Travel update

I’m halfway through my 10-week-long trip and I haven’t updated in a month. The only excuse I can offer is that I wanted to include pictures, but my relationship with Flickr has turned out to be strangely complicated lately, and the whole process of uploading them (often via dodgy hotel wifi) has just seemed too hard.

Actually, I’m noticing something new in my picture-taking this trip. Just as, a few years ago, I purged any book from my shelves that was effectively obsoleted by Wikipedia or Project Gutenberg, now I am avoiding taking pictures that would be available by a Creative Commons image search. What’s the point of taking a photo of Notre Dame when so many other people have done so already, and undoubtedly better than I could? Sure, a photo of me standing in front of Notre Dame would actually have some individuality, but I’m not that big a fan of photos of myself in random locations, so I haven’t been doing that. Instead I’ve been carrying around a somewhat clunky, heavy camera (not a DSLR or anything, but an Olympus PEN camera) and using it to take pictures of odd, quirky things here and there, which I might as well just use my iPhone for. Ah well.

So, places I have been since my last update, and what I thought of them.

The week in A Coruña for the conference was a mixture of hanging out at the conference venue, sleeping in the university residence where we were staying because I had come down with a fairly nasty cold, and a bit of wandering around the city. I saw the ancient Roman lighthouse, but didn’t go inside; I spent more time wandering around the old part of town looking for food than I really wanted to; and I found a pretty good craft/artisan market near the bus stop where I had a awkward (due to language incompatibility) but pleasant conversation with a handweaver and bought a linen and alpaca shawl she’d woven.

On the second-last day, I daytripped to Santiago de Compostela, just 40 minutes away by train. Touristy, but I felt okay about it, somehow, knowing that it was a thousand-year-old pilgrim site and that many of the tourists had walked a long way to be there.

After the conference I took a night train to Madrid (cramped, overheated) and whatever the Spanish equivalent of a TGV is to Cordoba, in the southern part of Spain that had been Islamic during the middle ages. I loved Cordoba, its narrow streets and white-and-ochre houses with their courtyards and fountains. The cathedral-inside-a-mosque (or “mosquedral”, as I like to call it) was mindblowing. The city was hot and quiet and empty, as all the locals had gone on holiday, but I spent a few pleasant days wandering around and sitting in parks and eating tapas and drinking cheap wine. I’d love to go back to Andalusia and spend more time exploring its other cities and its architecture and its food.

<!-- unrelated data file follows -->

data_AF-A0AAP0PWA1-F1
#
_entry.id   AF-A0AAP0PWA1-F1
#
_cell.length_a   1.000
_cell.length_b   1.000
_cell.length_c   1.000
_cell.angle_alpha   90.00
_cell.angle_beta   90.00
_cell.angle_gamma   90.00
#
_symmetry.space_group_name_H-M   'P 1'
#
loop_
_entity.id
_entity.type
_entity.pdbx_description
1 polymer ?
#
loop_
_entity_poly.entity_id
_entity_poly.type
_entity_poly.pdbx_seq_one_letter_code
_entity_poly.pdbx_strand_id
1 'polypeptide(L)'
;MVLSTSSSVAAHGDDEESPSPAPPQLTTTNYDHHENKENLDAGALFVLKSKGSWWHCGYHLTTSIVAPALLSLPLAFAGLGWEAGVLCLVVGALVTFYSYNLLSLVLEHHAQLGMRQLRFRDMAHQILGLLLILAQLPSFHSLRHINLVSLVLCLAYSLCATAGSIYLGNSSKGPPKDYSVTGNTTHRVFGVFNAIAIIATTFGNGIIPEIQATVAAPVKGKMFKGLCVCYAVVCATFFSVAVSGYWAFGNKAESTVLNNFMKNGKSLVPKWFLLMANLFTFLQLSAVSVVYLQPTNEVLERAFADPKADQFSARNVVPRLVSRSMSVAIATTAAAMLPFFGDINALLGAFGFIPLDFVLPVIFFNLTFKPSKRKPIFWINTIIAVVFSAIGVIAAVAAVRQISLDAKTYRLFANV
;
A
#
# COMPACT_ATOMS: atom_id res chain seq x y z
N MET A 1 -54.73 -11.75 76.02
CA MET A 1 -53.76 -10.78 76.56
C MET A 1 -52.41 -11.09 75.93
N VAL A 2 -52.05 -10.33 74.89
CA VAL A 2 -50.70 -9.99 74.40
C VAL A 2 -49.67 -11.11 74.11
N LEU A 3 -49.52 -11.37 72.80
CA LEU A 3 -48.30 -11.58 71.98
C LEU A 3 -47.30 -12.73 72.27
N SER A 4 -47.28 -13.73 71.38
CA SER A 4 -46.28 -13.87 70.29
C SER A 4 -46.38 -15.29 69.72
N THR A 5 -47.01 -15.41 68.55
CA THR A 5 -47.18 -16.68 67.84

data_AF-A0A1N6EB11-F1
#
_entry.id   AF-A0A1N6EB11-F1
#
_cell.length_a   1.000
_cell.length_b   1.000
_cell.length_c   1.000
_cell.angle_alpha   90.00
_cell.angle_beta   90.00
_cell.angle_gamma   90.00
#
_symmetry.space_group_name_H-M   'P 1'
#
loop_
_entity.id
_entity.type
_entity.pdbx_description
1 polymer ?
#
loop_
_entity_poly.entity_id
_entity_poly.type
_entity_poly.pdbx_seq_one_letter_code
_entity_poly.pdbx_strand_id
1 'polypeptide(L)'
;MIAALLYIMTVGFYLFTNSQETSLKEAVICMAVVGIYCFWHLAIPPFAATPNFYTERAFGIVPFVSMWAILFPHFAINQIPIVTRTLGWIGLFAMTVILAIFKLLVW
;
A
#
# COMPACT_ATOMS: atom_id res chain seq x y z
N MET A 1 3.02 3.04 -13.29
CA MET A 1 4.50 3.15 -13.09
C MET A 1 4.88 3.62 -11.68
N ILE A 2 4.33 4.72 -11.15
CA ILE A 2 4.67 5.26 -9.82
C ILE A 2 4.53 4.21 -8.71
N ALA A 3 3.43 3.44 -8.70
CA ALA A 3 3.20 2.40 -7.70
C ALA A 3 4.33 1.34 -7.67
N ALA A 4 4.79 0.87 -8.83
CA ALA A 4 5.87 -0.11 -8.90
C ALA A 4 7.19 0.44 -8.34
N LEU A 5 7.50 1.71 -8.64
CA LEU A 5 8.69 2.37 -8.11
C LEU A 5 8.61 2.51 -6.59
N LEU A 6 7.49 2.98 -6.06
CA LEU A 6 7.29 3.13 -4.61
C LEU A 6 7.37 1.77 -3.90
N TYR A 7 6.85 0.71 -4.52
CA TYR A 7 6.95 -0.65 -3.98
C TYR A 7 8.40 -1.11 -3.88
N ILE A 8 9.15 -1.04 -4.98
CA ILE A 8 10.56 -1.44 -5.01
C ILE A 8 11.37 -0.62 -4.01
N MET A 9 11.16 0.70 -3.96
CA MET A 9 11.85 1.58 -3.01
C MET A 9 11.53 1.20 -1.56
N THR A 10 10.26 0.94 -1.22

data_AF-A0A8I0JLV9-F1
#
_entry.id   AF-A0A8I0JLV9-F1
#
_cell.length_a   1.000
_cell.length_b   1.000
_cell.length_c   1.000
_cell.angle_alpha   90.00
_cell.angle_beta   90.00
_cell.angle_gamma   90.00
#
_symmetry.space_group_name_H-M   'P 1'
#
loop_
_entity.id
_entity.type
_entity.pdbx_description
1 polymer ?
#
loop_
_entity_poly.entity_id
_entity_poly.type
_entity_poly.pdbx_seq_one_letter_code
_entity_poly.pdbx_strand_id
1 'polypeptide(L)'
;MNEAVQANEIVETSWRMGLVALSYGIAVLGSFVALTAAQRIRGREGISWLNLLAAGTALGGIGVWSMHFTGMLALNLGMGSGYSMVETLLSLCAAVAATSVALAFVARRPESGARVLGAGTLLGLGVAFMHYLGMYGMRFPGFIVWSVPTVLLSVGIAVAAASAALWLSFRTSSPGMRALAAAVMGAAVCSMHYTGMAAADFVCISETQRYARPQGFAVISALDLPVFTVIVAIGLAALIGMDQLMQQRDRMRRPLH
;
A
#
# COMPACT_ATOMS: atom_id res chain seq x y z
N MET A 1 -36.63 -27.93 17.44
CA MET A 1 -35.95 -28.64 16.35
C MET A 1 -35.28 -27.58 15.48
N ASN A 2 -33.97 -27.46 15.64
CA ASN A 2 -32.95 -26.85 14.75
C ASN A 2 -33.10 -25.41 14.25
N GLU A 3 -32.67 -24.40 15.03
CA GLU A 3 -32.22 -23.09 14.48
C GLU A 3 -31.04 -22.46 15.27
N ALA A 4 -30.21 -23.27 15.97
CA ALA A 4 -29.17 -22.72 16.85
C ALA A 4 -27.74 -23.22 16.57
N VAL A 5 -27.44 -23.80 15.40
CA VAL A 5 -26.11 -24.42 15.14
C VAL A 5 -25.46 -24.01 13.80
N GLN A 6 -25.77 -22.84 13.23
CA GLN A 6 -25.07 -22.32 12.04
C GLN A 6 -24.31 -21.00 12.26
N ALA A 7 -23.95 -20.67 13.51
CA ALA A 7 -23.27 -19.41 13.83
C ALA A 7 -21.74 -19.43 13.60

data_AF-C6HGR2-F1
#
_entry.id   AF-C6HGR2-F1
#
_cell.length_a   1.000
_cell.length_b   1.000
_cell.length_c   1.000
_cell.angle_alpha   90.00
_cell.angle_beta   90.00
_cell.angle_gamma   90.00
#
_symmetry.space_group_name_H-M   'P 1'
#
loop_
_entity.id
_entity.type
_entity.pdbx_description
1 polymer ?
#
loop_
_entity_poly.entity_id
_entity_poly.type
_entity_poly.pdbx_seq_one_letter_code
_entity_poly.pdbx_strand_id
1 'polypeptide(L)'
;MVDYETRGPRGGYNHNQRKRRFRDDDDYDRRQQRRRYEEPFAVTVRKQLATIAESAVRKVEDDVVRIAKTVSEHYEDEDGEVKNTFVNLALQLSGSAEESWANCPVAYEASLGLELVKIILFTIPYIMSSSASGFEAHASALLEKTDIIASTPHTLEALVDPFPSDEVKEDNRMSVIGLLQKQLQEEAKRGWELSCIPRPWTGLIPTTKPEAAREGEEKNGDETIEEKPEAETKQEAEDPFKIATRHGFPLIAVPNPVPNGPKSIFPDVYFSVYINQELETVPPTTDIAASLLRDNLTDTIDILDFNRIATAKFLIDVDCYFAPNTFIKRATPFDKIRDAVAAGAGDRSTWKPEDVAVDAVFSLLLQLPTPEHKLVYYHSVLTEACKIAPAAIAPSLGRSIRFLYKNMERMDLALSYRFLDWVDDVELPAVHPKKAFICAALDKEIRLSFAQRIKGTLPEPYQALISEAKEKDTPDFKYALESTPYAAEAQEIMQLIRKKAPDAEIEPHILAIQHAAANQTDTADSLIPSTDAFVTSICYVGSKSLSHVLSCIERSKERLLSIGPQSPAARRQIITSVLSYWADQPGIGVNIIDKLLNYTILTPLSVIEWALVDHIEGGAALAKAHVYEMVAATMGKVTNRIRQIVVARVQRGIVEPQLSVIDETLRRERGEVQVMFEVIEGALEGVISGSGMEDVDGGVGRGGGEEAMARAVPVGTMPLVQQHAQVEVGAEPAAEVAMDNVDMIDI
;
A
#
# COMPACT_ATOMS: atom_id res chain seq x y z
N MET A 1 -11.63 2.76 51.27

On to Barcelona, which I hated. Crowded and unpleasant and I spent the whole time worried about people trying to steal my bag. To be fair, the Gothic quarter is pretty cool, and the Barcelona History Museum is amazing, especially the parts of the Roman town that they’ve dug up and you can walk around in the basement. The bits that fascinated me most were the dyeworks with the stone troughs still stained blue, and the place where they made garum (fermented fish sauce) in enormous round pots. I’m not much into Gaudi, so though I went past some of his works (the Sagrada Familia, etc) I didn’t get off the tourist bus to actually go in. I did try to go to Parc Guell, on the recommendation of many friends, but I’d somehow got the impression that it was a park, with, you know, green space. Actually it was a pile more building-sized Gaudi blobs, crammed full of tourists, and it made me angry. I got straight back on the tourist bus, and two stops later found myself at a 13th century convent (Pedralbes) which was operating as a museum, free on Sundays, and had a beautiful courtyard with fountains and grass and trees and no more than a handful of tourists, none drunk. I spent half a day there.

I’d heard that the food in Barcelona was amazing, and it was the best I’d had so far on the trip, but I don’t think it was enough to make it worth the unpleasantness of my visit. I suspect I would have enjoyed it more if I had been with friends and we’d been able to sit around and drink and eat and enjoy the nightlife. As it was, I found some delicious tapas that actually contained vegetables, which after a couple of weeks of subsisting on not much else than ham, and not seeing anything greener than an olive, was lovely. I had a wonderful dish of spinach, chickpeas, and some kind of pork that pretty much made my week. At a pinxtos place in El Gotic, I had a tartlet with some kind of sweet fruit paste, goat cheese, and fresh mint, and another where a sort of fish salad was topped with fresh dill and tiny slivers of candied lemon peel. They were delicious. And yet, I have lots of delicious food at home. Coming from Melbourne, it takes a lot to blow my mind, and Barcelona didn’t manage it. Sorry.

On to Avignon, which I was using as a stopover and to have a quick minibus tour of Provence because, well, if I’m going to pass through I may as well take the time to look around. It was, as expected, very scenic. I visited a lavender farm where I saw sweat-sheened young men exerting themselves heaving bales of lavender into a still to make lavender oil (they were well aware of their decorativeness, and posed for photos; there was also a tip jar for them by the exit), any number of medieval villages full of gift shops, where I wondered how or indeed whether anyone actually lived there full-time; and the Pont du Gard, an ancient Roman aqueduct, which was pretty awesome — you actually walk across it, or rather across a modern footbridge set up right next to it, close enough to touch. For the most part, though, Provence rubbed me the wrong way. I think I associate it too much with the sort of people who use it as a style of home decoration, and the result was that it all felt terribly twee to me. It didn’t help that the place was packed full of gift shops that seemed dead set on promoting that sort of thing: “Provençal” table linens made in China, and whatnot. Ugh.